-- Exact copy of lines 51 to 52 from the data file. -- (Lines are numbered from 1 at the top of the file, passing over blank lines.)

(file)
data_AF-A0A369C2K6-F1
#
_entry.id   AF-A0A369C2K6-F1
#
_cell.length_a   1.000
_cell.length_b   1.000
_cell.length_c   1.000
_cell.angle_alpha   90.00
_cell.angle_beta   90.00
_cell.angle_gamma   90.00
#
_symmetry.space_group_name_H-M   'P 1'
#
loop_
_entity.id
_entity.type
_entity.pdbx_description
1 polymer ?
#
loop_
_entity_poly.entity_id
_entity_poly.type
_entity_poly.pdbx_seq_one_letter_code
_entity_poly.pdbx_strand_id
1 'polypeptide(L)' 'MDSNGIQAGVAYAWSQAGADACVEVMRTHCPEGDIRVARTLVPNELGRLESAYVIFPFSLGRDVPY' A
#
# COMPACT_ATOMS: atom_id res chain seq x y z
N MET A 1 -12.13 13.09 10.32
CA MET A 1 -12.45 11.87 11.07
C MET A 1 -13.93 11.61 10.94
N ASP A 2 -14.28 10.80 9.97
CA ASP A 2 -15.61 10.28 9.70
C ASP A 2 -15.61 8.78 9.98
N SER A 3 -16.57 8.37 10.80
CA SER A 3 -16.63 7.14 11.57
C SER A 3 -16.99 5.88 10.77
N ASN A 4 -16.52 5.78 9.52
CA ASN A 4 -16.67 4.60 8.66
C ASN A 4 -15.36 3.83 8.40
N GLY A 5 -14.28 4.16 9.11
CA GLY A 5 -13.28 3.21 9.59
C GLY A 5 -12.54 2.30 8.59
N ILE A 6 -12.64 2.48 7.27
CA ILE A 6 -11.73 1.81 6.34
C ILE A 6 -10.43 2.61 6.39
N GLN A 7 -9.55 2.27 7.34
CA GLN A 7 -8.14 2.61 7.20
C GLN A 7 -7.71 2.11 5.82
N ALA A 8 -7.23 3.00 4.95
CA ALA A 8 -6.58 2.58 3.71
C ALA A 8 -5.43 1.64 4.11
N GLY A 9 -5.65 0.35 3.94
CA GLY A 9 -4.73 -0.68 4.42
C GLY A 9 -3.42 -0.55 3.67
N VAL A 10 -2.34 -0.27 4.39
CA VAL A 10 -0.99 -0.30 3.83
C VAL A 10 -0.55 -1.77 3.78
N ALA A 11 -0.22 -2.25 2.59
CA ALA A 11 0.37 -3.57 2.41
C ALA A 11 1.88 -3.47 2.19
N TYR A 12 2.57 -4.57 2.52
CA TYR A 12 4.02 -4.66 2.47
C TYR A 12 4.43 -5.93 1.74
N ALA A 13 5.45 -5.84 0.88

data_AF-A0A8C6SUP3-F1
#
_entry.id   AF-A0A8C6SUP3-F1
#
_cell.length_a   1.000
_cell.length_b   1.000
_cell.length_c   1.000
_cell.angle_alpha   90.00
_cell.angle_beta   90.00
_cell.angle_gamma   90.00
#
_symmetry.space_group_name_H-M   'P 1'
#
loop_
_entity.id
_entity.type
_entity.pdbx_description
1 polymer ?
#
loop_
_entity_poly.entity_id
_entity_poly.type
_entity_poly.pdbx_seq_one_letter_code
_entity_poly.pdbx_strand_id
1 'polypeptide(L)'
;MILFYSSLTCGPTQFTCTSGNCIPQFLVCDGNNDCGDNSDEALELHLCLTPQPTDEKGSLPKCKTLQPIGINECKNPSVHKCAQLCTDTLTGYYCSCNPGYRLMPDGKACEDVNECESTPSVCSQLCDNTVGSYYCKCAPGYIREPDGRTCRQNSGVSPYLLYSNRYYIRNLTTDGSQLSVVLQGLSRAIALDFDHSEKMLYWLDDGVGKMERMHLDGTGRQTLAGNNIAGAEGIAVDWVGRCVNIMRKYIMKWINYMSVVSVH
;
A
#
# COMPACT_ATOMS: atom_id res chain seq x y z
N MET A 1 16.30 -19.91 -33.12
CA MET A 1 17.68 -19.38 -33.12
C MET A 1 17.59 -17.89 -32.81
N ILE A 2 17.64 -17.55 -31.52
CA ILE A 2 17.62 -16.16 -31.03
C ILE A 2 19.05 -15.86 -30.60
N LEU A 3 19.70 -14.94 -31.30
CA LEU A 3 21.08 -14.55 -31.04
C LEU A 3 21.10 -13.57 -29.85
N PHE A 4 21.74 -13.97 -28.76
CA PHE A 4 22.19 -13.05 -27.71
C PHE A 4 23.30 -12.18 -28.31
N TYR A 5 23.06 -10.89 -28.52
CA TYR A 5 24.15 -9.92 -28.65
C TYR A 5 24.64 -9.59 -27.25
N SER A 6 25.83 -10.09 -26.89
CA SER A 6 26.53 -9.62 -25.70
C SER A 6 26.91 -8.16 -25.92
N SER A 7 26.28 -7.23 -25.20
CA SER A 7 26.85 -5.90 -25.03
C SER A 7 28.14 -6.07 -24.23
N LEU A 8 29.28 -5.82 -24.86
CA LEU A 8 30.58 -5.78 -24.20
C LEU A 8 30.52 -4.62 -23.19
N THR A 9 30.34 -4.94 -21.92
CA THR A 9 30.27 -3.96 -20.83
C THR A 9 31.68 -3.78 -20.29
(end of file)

C ALA A 8 -5.43 1.64 4.11
N GLY A 9 -5.65 0.35 3.94